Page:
September 22, 2011
Kemp's ridley turtles are seen during the June 5, 2011 arribada, or mass nesting of turtles, at Rancho Nuevo, Mexico.
(Credit: Toni Torres, Gladys Porter Zoo)
NOAA’s Fisheries Service, the U.S. Fish and Wildlife Service, and Mexican environmental officials today released an updated plan to guide and strengthen the conservation and recovery of the endangered Kemp’s ridley sea turtle. The Bi-National Recovery Plan revises the current recovery plan issued in 1992.
The recovery plan updates the conservation efforts that have proved successful for the Kemp’s ridley. The plan also guides the implementation of research programs that improve understanding of how human activities and natural processes affect the species. The plan also provides criteria for delisting the species. If population growth and recruitment maintain their current rates of increase, scientists estimate Kemp’s ridleys may attain an important delisting criterion of 40,000 nesting females per season over a 6-year period by 2024.
“We are working together with other U.S. and Mexican agencies on the recovery of the Kemp’s ridley, and we are seeing results,” said Eric Schwaab, assistant NOAA administrator for fisheries. “Cooperation among government agencies, fishermen, local communities and ocean users is the key to continuing our success, and this new updated plan will help us to continue in our efforts to save this species. We are well on our way, but we still have a long way to go.”
The recovery plan, based on the best available science, highlights the past bi-national conservation efforts that have led to the increase in the Kemp’s ridley nesting population. It also discusses the natural history, current status, and the known and potential threats to the Kemp’s ridley sea turtle.
Kemp's ridley turtle swimming at the waters surface.
(Credit: Kim Basso, Hull Mote Marine Lab)
“The results of our partnership, and how effectively we are able to work together, were demonstrated this year when a record number of nests were identified along the Texas coast,” said Benjamin Tuggle, U.S. Fish and Wildlife Service southwest regional director. “In addition to that achievement, on a single day this June, a massive arribada – a group nesting event – of about 9,000 Kemp’s ridleys was seen on the main nesting beach in Mexico.”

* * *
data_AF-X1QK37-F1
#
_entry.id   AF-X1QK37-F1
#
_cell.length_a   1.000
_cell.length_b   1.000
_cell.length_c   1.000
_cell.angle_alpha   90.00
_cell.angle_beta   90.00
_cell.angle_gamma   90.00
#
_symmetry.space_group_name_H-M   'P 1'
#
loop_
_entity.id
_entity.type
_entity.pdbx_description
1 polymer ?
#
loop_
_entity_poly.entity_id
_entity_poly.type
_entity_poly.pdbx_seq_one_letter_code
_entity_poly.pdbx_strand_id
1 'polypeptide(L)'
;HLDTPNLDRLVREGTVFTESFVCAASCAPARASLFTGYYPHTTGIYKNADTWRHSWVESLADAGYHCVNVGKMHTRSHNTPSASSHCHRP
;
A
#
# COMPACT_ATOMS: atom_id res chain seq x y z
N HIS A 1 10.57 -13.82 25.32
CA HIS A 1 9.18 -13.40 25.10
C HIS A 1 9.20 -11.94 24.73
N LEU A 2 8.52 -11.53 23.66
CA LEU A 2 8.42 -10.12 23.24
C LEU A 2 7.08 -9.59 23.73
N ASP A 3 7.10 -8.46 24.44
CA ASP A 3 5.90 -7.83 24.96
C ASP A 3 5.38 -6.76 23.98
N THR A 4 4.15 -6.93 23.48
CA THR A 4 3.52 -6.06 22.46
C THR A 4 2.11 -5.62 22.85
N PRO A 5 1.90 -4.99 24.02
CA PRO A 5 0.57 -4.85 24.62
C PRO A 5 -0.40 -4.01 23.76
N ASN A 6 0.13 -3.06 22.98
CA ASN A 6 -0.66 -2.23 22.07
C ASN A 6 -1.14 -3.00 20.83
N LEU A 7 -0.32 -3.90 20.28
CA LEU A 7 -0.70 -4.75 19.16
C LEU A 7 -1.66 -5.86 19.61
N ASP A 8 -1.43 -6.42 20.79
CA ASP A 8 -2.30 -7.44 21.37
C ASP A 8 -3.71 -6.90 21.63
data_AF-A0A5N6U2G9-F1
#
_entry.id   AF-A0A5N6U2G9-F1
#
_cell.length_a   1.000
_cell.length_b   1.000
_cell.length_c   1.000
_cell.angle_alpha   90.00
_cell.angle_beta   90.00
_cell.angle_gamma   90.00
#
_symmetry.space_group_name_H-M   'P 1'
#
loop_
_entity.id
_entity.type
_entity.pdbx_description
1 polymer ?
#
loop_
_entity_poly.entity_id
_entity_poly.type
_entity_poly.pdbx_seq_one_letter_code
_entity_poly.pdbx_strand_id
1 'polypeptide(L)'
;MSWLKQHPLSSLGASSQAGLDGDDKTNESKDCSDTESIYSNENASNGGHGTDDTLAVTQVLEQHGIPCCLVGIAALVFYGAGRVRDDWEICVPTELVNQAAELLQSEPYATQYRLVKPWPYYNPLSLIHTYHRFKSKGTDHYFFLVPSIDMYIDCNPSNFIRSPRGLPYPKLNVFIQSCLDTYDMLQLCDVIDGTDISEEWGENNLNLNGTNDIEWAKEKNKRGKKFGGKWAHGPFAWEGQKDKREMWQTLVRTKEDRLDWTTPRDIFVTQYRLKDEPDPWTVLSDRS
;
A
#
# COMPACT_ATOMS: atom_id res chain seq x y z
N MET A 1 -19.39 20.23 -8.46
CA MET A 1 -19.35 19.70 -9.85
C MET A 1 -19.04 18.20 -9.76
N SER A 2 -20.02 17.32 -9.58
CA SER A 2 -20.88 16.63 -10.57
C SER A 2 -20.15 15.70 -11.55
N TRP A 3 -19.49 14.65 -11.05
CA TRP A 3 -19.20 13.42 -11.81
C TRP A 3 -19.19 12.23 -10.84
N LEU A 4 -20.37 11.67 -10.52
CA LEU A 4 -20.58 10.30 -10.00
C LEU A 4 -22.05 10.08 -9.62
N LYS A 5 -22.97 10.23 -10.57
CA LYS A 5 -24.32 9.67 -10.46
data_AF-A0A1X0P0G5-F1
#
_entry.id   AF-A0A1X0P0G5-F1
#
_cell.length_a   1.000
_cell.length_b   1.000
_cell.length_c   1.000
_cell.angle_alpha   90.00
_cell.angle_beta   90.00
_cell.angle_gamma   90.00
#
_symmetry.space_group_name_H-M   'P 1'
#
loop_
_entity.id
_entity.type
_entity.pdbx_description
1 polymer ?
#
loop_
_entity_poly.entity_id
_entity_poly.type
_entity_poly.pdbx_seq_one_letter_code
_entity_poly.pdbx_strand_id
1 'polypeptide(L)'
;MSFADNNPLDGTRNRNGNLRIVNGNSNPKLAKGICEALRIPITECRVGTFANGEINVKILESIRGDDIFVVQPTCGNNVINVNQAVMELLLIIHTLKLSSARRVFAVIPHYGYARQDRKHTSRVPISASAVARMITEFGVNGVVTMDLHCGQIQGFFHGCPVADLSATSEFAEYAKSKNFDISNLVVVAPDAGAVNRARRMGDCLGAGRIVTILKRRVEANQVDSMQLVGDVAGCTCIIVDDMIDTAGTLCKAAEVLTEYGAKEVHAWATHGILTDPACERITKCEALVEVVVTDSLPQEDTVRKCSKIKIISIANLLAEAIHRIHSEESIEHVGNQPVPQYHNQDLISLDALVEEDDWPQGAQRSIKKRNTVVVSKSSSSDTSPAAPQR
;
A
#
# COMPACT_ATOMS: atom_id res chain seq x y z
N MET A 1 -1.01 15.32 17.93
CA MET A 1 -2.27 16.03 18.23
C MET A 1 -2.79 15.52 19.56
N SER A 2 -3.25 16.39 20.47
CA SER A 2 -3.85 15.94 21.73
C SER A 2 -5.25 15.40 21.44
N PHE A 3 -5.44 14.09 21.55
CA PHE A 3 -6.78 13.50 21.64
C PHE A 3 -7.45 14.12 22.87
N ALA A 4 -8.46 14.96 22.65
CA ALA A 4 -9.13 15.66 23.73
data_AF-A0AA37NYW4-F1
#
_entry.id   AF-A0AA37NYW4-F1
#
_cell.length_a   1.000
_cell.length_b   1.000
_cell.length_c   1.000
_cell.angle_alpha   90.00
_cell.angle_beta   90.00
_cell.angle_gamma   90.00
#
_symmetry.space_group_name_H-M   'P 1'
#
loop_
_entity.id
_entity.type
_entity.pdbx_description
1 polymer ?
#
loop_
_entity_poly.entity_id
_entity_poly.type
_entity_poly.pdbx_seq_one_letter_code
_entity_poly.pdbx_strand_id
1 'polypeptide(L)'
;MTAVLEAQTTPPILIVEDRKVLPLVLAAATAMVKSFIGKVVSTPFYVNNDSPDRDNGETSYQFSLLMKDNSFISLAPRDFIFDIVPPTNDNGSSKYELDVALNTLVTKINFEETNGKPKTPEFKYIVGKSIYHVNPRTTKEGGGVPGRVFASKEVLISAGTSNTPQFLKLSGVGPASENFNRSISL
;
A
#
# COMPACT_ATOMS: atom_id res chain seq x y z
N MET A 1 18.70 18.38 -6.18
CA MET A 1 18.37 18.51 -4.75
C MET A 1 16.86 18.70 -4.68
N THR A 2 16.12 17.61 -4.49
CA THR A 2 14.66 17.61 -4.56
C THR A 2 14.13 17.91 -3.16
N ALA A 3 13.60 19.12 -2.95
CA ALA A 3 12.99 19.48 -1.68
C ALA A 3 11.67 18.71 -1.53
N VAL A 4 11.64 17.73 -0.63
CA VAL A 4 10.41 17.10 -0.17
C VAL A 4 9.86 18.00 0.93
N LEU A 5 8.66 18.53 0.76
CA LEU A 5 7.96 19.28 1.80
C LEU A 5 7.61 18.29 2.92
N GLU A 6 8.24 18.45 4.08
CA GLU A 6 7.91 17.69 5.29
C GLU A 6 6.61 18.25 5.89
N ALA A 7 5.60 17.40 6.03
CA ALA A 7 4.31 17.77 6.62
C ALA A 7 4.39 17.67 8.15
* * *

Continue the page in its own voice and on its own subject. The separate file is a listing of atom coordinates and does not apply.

Since the mid-1980s, scientists have documented an approximate 15 percent increase in Kemp’s ridley nests per year at the species’ main nesting beaches along the northeast coast of Mexico. Currently, the Kemp's ridley, once the most imperiled of all the sea turtle species, is close to meeting one of the major recovery criteria for downlisting to threatened from endangered under the Endangered Species Act.
Kemp's ridleys face threats on both nesting beaches and in the marine environment. The greatest cause of decline and the continuing primary threat to the Kemp's ridley is incidental capture in near shore fishing gear, primarily in shrimp trawlers, but also in gill nets, longlines, traps and pots, and fishing dredges in the Gulf of Mexico and North Atlantic. The recent BP Deepwater Horizon oil spill in the northeastern Gulf of Mexico affected critically important offshore habitats for young Kemp’s ridley sea turtles, and many were directly exposed to oil. The long-term effects of this oil spill are not yet known but are of concern for the species recovery.
Egg collection by locals for food was an extreme threat to the population, but since nesting beaches were afforded official protection by Mexico in 1966, this threat no longer poses a major concern.
“Mexico recognized early on the importance of protecting the main Kemp’s ridley nesting beaches on their coast,” said Jim Lecky, Director of NOAA Fisheries Office of Protected Resources. “All of our agencies working together, with concerned citizens and groups in both our countries, have helped set the Kemp’s ridley on the path to recovery. This Bi-National Recovery Plan keeps us all heading in the right direction.”
To view the Bi-National Recovery Plan and learn more about the Kemp’s ridley turtle and recovery efforts, visit:
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